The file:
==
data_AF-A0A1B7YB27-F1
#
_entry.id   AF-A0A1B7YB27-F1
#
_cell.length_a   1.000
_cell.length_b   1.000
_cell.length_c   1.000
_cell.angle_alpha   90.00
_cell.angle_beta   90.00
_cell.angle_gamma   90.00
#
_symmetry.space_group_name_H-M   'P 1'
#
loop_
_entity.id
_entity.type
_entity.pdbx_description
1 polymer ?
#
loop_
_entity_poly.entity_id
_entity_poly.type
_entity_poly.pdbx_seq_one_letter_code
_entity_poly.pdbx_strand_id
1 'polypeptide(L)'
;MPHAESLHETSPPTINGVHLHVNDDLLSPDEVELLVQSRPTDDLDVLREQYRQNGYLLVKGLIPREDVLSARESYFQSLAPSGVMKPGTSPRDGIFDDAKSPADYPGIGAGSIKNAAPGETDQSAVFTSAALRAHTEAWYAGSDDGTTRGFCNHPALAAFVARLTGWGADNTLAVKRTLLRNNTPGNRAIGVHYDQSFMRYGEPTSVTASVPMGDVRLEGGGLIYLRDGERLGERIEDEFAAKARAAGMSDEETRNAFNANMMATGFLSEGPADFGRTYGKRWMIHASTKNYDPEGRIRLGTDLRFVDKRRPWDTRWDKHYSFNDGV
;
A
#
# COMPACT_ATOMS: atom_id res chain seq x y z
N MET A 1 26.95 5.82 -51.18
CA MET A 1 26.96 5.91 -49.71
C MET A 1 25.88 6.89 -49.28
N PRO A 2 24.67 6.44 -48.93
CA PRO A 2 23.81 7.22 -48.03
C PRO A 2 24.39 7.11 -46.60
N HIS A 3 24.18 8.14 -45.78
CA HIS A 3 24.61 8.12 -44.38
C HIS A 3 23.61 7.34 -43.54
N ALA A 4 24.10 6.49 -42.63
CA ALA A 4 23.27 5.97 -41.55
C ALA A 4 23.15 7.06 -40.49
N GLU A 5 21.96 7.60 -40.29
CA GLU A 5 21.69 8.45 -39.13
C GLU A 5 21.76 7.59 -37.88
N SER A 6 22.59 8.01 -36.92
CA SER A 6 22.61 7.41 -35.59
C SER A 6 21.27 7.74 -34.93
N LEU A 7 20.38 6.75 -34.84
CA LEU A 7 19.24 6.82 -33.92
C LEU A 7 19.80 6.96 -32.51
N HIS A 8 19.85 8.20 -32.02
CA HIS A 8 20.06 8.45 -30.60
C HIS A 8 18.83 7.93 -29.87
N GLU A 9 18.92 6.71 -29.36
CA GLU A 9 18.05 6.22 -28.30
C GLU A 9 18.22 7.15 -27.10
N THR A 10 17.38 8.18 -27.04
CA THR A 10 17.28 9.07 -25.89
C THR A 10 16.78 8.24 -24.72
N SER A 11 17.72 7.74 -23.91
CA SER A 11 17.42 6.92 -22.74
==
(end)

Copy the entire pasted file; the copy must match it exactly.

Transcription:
data_AF-A0A1B7YB27-F1
#
_entry.id   AF-A0A1B7YB27-F1
#
_cell.length_a   1.000
_cell.length_b   1.000
_cell.length_c   1.000
_cell.angle_alpha   90.00
_cell.angle_beta   90.00
_cell.angle_gamma   90.00
#
_symmetry.space_group_name_H-M   'P 1'
#
loop_
_entity.id
_entity.type
_entity.pdbx_description
1 polymer ?
#
loop_
_entity_poly.entity_id
_entity_poly.type
_entity_poly.pdbx_seq_one_letter_code
_entity_poly.pdbx_strand_id
1 'polypeptide(L)'
;MPHAESLHETSPPTINGVHLHVNDDLLSPDEVELLVQSRPTDDLDVLREQYRQNGYLLVKGLIPREDVLSARESYFQSLAPSGVMKPGTSPRDGIFDDAKSPADYPGIGAGSIKNAAPGETDQSAVFTSAALRAHTEAWYAGSDDGTTRGFCNHPALAAFVARLTGWGADNTLAVKRTLLRNNTPGNRAIGVHYDQSFMRYGEPTSVTASVPMGDVRLEGGGLIYLRDGERLGERIEDEFAAKARAAGMSDEETRNAFNANMMATGFLSEGPADFGRTYGKRWMIHASTKNYDPEGRIRLGTDLRFVDKRRPWDTRWDKHYSFNDGV
;
A
#
# COMPACT_ATOMS: atom_id res chain seq x y z
N MET A 1 26.95 5.82 -51.18
CA MET A 1 26.96 5.91 -49.71
C MET A 1 25.88 6.89 -49.28
N PRO A 2 24.67 6.44 -48.93
CA PRO A 2 23.81 7.22 -48.03
C PRO A 2 24.39 7.11 -46.60
N HIS A 3 24.18 8.14 -45.78
CA HIS A 3 24.61 8.12 -44.38
C HIS A 3 23.61 7.34 -43.54
N ALA A 4 24.10 6.49 -42.63
CA ALA A 4 23.27 5.97 -41.55
C ALA A 4 23.15 7.06 -40.49
N GLU A 5 21.96 7.60 -40.29
CA GLU A 5 21.69 8.45 -39.13
C GLU A 5 21.76 7.59 -37.88
N SER A 6 22.59 8.01 -36.92
CA SER A 6 22.61 7.41 -35.59
C SER A 6 21.27 7.74 -34.93
N LEU A 7 20.38 6.75 -34.84
CA LEU A 7 19.24 6.82 -33.92
C LEU A 7 19.80 6.96 -32.51
N HIS A 8 19.85 8.20 -32.02
CA HIS A 8 20.06 8.45 -30.60
C HIS A 8 18.83 7.93 -29.87
N GLU A 9 18.92 6.71 -29.36
CA GLU A 9 18.05 6.22 -28.30
C GLU A 9 18.22 7.15 -27.10
N THR A 10 17.38 8.18 -27.04
CA THR A 10 17.28 9.07 -25.89
C THR A 10 16.78 8.24 -24.72
N SER A 11 17.72 7.74 -23.91
CA SER A 11 17.42 6.92 -22.74